Well, it’s advisable to give it a go, particularly if you suffer from issues such as sun damage. ‘Brightening agents, which aim to reduce the appearance of pigmentation, may be used [for sun damage], including vitamin C,’ notes Nicola Kilner, Co-Founder & CEO of DECIEM.

Try one of these vitamin C-powered body lotions to see what she means.

Vitamin C products for the body

DCL C-Scape High Potency Body Lotion, £45, Cult Beauty

Natura Bisse C+C Vitamin Body Cream, £86, Net-A-Porter

Retinol

Vitamin A derivative retinol is a bit of a wonder product for the face. Not only does it help with fine lines and signs of ageing, it also enhances collagen production, improves skin tone and texture, and can also really help with acne.

But seeing as retinol is primarily used for targeting things like wrinkles and lines, why would we need to need to use it in whole body skincare routines? Well, retinol can help with acne just as much on the body as it can on the face, and improves the texture of skin everywhere, while encouraging collagen production all over. Retinol also can help to boost the skin’s firmness, which is an excellent feature for skin on the body.

Retinol is also effective for skin that’s been exposed to the sun, as it helps to limit effects of issues like pigmentation. But if you suffer from sensitive skin or don’t fancy the increased sun sensitivity that comes with real retinol (you should always use an SPF in tandem), Delport recommends trying bio retinoids.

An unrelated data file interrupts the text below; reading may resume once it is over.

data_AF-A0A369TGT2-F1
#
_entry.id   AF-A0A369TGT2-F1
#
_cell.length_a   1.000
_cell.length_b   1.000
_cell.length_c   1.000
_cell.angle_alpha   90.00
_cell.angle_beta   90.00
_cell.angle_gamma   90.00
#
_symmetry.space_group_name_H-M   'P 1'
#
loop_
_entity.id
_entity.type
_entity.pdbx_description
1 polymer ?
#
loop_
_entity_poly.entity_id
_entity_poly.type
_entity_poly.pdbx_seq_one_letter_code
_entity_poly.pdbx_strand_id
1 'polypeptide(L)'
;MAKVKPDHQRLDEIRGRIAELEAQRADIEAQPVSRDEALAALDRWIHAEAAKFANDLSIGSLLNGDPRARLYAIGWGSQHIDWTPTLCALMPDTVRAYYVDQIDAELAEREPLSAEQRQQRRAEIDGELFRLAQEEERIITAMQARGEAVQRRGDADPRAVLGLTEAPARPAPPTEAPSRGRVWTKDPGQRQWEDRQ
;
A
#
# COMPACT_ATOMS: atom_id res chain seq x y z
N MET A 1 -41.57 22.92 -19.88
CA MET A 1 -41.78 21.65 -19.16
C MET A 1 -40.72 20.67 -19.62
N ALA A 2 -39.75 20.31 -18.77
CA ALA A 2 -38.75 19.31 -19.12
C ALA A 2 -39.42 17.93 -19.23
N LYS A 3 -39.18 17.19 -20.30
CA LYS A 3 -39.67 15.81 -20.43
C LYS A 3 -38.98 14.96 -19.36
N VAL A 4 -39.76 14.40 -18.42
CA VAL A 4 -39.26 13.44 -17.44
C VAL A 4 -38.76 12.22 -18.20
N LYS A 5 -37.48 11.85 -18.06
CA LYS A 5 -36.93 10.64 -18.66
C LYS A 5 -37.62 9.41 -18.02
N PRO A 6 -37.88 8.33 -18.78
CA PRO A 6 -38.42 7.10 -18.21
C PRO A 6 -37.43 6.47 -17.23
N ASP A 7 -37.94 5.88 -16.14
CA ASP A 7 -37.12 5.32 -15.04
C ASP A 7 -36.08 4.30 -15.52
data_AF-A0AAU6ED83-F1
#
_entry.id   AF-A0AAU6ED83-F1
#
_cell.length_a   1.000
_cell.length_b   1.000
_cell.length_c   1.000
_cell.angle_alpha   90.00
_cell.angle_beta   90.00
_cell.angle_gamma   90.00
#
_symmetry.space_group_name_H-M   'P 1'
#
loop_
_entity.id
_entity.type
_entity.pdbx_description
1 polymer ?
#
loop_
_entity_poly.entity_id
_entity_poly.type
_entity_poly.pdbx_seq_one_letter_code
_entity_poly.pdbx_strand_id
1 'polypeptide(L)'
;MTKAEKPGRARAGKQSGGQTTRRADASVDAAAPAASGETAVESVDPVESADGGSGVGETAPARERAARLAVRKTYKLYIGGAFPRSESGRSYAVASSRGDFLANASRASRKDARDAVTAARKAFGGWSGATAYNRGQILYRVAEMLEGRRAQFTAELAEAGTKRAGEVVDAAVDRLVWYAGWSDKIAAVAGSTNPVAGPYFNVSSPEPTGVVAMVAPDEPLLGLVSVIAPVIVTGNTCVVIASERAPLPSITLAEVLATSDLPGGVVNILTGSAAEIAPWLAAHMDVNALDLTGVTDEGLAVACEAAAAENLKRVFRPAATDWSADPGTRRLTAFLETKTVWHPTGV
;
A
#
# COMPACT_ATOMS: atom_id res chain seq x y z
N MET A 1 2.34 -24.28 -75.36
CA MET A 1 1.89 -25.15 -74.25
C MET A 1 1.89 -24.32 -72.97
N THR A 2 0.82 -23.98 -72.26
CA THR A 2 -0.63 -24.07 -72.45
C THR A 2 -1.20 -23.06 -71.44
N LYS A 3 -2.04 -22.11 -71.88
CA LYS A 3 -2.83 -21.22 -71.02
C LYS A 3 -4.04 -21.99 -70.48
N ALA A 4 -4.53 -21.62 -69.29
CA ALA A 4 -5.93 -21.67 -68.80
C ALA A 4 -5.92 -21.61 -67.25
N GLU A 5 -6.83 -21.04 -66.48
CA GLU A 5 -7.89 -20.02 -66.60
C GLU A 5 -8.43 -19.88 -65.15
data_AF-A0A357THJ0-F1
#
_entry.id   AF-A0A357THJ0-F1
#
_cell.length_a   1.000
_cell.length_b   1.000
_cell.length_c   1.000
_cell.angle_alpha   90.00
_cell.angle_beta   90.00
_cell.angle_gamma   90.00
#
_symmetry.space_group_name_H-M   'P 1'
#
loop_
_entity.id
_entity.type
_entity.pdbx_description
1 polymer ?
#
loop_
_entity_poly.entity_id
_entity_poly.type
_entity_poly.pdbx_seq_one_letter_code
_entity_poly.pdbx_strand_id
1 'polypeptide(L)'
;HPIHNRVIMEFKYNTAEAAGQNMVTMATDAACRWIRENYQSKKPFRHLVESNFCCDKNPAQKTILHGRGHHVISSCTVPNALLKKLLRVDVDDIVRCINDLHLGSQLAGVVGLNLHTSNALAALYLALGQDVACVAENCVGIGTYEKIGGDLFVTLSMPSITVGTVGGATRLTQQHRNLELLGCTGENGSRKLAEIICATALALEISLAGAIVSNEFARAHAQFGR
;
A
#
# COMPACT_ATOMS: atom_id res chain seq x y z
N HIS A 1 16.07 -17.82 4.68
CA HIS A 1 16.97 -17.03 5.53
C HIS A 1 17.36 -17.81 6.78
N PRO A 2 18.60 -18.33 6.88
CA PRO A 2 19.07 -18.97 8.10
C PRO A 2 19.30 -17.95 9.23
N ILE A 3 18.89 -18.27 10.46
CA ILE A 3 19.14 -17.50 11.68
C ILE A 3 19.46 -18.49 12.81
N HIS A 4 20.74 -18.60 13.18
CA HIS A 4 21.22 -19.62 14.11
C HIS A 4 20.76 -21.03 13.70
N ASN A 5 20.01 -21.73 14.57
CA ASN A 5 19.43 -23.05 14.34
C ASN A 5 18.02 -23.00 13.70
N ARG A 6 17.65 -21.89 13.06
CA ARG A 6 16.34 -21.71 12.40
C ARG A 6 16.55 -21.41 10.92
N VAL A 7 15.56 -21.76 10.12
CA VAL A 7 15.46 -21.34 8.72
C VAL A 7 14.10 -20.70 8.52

‘These plant molecules behave the same way [as retinol] by limiting pigmentation and boosting flagging collagen. But all without the potential inflammation release and photosensitivity. Bio retinoids provide ‘everything you need to recover from some summer sun indulgence,’ he says.

Retinol products for the body

 

Chantecaille Retinol Body Treatment, £85, Harvey Nichols

Beauty Pie Super Retinol Anti-Ageing Hand Treatment, £6.48 for members, Beauty Pie

REN Clean Skincare’s Bio Retinoid Anti-Wrinkle Concentrate Oil, £47, Marks and Spencer

Hyaluronic acid

Most of us already know the wonders of hyaluronic acid. The super hydrating ingredient can hold up to 1000x its own weight in water, making it an excellent choice for skin. Our bodies produce hyaluronic acid, but applying it topically can boost the hydration of surface levels.

The same goes for the skin on our bodies. Certain areas – such as the legs – can get so dry that they begin to itch or flake. Our bodies rely on being moisturised topically, particularly after a hot shower, which can strip the skin and encourage dryness. Hyaluronic acid is a wonder ingredient for whole body skincare that helps to target dryness all over you skin.

‘To target skin dryness, a product or regimen including both water-loving ingredients (e.g. hyaluronic acid) and oil-loving ingredients (e.g. squalane) will be able to maintain optimal hydration,’ agrees Kilner.

As well as hyaluronic acid and squalane, look for products that contain ceramides, which help to protect the skin’s surface barrier, which locks moisture in. CeraVe’s body lotions and creams are ideal as they contain both ceramides and hyaluronic.

Hyaluronic acid products for the body

 

CeraVe Moisturising Lotion for face and body, £9.50, Boots

The Chemistry Brand Hyaluronic Concentrate, £28, Deciem

 

Feature by Rebecca Fearn.